newEar Contemporary Chamber Ensemble’s Kevin Clarke (marimba) and Sharra Wagner (clarinet) perform under Frank Stella’s “The Prophet (D16, 2X)” at the Kemper Museum of Contemporary Art.
Rounding out the tail end of their successful 30th season, members of newEar Contemporary Chamber Ensemble performed “Musical Spectrum of Color,” the first in a two part series at the Kemper Museum of Contemporary Art.
They performed in the museum’s atrium on Saturday afternoon in conjunction with the exhibition “Virginia Jaramillo: Principles of Equivalence.”
The exhibition celebrates Jaramillo’s 60+ year career, how her work has evolved, exploring the changes in influence, textures, expression, and worldview of the artist.
This partnership with newEar reflected not just the variety of Jaramillo’s work in inspiring these selections, but also showcases newEar’s inherent eclecticism and curiosity, whether performing repertoire from the last few decades or serving as a commissioning ensemble and highlighting local composers.
For this show, newEar presented duo and solo works, featuring Kevin Clarke on marimba, Sharra Wagner on clarinet and Christina Webster on flute, three of the organization’s core musicians. Like Jaramillo’s work, there was an interesting textural range in the pieces they performed, even within the constraints of three instrumental colors.
While a large percentage of the audience clearly came specifically for the performance, the 90 minute concert was in a discovery setting, with museum attendees welcome to come and go, the music filtering into the galleries throughout the space.
Due to traffic surrounding Pride events in Theis Park and Dragon Boat races in Brush Creek by the Country Club Plaza, I missed the first piece, a work for solo piccolo by Amanda Harberg, “Hall of Ghosts.” It was written in 2020, and originally written to be performed in an empty concert hall, incorporating the echoes of the responsive space.
Throughout the concert, they divvied out movements from Ástor Piazzolla’s Histoire du Tango, originally for flute and guitar, performed here on clarinet and marimba. These works are an inviting and palatable inclusion for a new music presentation, written in 1985, but looking back to the turn of the century as the art form morphed and took on various influences.
Evidenced here, but throughout their repertory, newEar has brought in works from a range of influences, demonstrating how far-reaching and inclusive the concept of “new music” can be.
Case in point was the next piece, “Kembang Suling” for flute and marimba by New Zealand composer Gareth Farr, explored colors inspired by gamelan, featuring interlocking rhythms and melodic flights. (In a nod to the day’s Pride activities, they mentioned that Farr also performs as the drag persona Lilith LaCroix.)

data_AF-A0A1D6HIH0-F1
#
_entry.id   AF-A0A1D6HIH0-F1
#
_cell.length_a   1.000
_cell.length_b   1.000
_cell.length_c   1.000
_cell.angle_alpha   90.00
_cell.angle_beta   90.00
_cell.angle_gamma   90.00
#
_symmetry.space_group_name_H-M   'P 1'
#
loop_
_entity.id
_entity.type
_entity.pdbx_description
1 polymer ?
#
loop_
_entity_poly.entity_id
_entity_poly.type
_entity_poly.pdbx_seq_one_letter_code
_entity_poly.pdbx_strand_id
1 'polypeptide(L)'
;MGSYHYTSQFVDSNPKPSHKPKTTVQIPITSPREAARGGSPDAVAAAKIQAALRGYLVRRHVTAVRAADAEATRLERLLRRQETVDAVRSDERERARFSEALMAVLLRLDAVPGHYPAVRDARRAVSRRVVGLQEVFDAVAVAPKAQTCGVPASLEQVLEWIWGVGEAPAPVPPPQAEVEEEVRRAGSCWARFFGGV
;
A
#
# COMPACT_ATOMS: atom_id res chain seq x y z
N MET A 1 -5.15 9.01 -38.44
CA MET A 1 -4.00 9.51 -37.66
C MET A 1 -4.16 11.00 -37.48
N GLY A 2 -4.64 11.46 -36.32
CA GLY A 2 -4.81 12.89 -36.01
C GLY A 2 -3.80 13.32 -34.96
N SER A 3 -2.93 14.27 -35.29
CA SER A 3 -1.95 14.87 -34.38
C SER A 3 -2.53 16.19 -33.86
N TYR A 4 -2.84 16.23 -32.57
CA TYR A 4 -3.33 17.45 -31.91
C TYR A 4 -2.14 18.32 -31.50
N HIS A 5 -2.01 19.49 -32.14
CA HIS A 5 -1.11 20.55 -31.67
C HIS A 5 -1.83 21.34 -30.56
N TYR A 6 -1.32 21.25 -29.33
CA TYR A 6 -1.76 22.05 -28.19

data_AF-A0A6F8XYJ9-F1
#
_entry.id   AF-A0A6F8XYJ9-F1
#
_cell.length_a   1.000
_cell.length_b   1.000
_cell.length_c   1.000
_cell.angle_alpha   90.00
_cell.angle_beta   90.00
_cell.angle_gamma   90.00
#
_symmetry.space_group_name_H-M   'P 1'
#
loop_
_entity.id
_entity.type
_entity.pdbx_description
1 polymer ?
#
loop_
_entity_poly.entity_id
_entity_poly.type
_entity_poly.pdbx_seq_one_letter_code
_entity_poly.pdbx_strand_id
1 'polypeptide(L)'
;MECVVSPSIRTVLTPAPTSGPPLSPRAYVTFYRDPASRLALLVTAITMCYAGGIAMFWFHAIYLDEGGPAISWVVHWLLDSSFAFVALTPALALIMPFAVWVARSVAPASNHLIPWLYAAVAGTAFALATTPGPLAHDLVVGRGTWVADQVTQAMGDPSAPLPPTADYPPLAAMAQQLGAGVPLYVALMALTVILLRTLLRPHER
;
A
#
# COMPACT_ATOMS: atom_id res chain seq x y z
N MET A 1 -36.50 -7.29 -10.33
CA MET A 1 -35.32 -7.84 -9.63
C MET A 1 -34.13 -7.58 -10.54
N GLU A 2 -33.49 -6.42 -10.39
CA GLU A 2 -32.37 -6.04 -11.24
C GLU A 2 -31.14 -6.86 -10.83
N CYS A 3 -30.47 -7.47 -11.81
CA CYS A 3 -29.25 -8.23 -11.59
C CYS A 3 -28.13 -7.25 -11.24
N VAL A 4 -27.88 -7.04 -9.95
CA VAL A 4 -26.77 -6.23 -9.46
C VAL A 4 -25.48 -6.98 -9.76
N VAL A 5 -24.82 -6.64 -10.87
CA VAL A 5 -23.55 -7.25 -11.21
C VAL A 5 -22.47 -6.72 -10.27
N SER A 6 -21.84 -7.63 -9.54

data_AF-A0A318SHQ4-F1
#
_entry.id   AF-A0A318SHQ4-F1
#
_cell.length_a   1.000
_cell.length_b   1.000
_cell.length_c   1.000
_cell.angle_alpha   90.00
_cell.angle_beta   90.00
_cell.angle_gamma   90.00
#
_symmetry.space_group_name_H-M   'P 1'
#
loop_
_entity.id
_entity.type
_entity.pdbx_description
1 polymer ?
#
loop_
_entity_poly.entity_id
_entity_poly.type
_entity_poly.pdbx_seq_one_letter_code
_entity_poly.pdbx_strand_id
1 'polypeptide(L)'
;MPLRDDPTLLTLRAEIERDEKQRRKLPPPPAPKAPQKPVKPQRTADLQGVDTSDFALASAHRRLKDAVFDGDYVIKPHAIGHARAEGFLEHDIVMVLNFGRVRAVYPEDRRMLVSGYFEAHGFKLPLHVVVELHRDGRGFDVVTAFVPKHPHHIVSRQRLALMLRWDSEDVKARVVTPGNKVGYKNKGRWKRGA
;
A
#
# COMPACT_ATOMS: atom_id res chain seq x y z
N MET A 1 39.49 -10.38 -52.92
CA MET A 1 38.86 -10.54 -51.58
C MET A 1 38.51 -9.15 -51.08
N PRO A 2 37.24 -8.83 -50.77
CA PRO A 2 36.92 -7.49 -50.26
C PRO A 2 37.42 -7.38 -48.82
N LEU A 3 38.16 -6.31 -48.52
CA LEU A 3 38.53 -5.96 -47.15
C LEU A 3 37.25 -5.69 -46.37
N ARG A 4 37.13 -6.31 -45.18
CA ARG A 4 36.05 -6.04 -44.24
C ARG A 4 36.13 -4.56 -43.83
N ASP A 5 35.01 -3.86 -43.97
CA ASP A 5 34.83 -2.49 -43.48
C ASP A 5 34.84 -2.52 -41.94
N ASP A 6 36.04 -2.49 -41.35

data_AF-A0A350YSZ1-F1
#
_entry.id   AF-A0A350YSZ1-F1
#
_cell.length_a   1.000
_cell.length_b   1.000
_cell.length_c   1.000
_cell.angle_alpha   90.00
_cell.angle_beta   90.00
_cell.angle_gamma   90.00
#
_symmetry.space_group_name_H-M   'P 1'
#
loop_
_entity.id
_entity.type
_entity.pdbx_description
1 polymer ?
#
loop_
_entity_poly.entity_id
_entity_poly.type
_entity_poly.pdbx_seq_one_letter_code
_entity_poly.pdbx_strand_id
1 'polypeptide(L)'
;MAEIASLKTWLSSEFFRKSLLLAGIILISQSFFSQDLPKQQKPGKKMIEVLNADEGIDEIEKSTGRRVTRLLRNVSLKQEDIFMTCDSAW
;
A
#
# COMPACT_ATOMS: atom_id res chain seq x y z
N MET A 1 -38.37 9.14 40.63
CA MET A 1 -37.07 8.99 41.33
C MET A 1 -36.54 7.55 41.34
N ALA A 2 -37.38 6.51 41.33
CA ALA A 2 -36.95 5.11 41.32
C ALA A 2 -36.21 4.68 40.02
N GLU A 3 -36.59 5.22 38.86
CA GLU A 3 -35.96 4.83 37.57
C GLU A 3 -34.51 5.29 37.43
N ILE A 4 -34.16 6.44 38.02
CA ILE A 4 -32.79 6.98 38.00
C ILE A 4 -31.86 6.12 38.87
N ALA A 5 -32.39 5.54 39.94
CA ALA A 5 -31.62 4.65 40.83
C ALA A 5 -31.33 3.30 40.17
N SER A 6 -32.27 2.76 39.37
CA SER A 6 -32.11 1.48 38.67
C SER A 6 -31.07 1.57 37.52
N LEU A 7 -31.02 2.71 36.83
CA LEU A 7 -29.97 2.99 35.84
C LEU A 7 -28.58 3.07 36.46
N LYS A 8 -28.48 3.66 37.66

The first movement was sinuous and iterative, though the marimba sometimes overwhelmed the flute. The second featured a sorrowful, searching melody from flute, and the final movement paired an introspective marimba with insistent flute. It was a captivating piece, and a well received example of Farr’s work, balancing strong arcs of color with muted effects.
Augusta Read Thomas’ “Capricci: Hummingbird Romance” featured clarinet and flute in duet, and was written as a wedding present. Like many a long-wearing relationship, the two voices are sometimes synced, sometimes responsive, sometimes, even, at odds, with bold chords and strong statements from the individual performers. The flute’s long exposition included droplet-like tones and both parts used flutter tongue effect, reminiscent of the territorial buzz of the delicate, iridescent namesake bird.
Leaning into the organic elements inspired by the exhibition (and providing a chance for the wind players to take a break after the strenuous work of Read Thomas’ piece), Clarke performed “Ghost Garden,” by Adam Hopper on solo marimba. It was a sonic balm, too, featuring a soothing rolling texture, with a hummable melody. The prevalence of this sort of work—accessible, almost pop-like—sometimes surprises those who expect modern music to be astringent and angular.
newEar typically performs work by living composers, but the later half of the concert featured works of deceased composers, including the second movement of the Piazzolla, “Cafe 1930.”
Tapping into the cross-culture influences again, Clarke and Webster performed Ravi Shankar’s “L’Aube Enchantee,” based on the raga “Todi,” originally for flute and harp. The raga is played typically during the morning time and the piece had an exploratory feel, as though they were testing out elements, but evolved into spurts of virtuosity.
Wagner and Webster returned for selections from Robert Muczynski’s Duos, Op. 24 for flute and clarinet. Muczynski died in 2010 and has a small compositional output, but this piece retains a place in contemporary music, offering a variety of attitudes in each of the approximately one-to-two minute movements.
In the first movement, steady tones in clarinet laid the foundation for a meandering flute. The third movement had a more floaty quality, the two voices twining around each other. The fifth movement tapped into Muczynski’s Chicago roots, leaning into more bluesy moments.
Piazzolla’s “Nightclub 1960” closed out the concert. newEar returns to the Kemper on July 15, for the second presentation of contemporary chamber music in association with the Jaramillo exhibit, though showcasing different musicians from the organization and, undoubtedly, a completely different musical experience.
Reviewed Saturday, June 10 at the Kemper Museum of Contemporary Art. newEar Contemporary Chamber Ensemble performs July 15 at 1:30 p.m. For more information visit kemperart.org.